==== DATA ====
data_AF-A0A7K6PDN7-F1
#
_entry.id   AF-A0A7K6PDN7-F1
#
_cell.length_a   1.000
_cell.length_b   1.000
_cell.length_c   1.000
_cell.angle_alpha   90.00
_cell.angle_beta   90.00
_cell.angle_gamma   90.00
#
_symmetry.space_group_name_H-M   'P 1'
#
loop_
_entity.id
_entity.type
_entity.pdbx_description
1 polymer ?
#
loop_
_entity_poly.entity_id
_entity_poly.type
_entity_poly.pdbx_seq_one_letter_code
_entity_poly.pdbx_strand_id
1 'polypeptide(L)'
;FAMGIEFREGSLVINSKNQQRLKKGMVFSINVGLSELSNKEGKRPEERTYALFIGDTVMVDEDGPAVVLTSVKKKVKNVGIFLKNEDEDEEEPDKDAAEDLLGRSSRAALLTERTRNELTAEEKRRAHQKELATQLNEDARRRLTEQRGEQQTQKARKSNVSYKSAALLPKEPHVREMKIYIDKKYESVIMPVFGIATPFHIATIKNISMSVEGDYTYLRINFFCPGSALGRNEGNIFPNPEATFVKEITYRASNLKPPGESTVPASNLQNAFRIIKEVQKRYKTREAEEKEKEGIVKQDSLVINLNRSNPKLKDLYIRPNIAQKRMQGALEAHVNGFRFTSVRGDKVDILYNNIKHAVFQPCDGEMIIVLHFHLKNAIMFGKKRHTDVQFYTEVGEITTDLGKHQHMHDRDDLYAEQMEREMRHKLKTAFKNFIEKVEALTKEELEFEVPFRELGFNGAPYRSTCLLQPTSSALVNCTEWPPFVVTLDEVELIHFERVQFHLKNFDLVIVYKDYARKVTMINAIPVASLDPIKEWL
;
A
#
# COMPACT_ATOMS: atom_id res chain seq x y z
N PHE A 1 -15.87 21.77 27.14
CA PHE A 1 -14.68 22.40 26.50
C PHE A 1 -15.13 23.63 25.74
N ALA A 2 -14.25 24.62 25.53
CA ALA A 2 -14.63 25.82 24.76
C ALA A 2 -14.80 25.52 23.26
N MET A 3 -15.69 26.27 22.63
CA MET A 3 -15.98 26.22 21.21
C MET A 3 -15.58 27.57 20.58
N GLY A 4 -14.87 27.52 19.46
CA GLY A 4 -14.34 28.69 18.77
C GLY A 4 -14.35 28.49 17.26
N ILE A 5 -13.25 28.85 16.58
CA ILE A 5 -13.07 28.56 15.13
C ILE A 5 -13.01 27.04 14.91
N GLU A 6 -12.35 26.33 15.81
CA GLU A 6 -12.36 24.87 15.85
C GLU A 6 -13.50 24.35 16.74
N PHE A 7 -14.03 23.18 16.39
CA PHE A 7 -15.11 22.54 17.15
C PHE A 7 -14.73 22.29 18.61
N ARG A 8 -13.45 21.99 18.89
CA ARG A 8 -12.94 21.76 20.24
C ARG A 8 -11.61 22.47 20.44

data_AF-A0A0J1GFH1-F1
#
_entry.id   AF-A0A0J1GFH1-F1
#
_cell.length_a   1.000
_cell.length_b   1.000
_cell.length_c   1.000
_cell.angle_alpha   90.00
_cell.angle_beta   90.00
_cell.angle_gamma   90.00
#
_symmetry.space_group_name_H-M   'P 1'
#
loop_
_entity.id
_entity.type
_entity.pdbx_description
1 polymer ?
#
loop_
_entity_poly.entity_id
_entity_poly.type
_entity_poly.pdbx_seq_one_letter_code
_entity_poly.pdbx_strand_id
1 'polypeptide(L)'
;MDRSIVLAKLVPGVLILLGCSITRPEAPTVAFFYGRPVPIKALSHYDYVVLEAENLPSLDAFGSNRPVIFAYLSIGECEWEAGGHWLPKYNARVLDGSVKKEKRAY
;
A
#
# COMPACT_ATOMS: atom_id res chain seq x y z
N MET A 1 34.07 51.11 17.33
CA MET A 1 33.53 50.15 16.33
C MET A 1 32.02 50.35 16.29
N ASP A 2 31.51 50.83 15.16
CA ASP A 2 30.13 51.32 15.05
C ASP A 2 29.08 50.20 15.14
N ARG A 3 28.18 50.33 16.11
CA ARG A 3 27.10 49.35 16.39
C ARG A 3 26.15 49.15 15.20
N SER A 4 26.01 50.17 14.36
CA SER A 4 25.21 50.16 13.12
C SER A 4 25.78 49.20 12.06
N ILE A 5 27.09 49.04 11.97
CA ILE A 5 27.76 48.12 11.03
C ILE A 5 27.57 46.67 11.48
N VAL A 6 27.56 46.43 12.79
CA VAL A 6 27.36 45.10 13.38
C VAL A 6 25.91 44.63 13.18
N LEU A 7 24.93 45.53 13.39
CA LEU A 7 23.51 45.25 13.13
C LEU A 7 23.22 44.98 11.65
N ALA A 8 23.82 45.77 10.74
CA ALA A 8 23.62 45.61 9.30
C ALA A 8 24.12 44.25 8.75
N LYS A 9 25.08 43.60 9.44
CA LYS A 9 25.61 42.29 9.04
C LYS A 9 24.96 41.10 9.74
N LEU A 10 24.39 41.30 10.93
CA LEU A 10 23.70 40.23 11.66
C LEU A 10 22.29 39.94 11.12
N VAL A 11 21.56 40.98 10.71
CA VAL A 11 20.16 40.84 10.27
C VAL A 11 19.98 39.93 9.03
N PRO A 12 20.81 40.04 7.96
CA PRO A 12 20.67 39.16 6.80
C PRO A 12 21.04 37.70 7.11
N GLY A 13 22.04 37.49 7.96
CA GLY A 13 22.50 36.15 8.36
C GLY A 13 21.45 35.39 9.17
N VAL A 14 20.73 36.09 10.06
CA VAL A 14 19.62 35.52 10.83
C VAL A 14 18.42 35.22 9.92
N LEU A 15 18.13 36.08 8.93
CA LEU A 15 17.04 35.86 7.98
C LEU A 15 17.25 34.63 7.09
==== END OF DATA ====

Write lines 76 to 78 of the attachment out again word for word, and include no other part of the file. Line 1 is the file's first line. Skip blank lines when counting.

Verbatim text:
_entity_poly.type
_entity_poly.pdbx_seq_one_letter_code
_entity_poly.pdbx_strand_id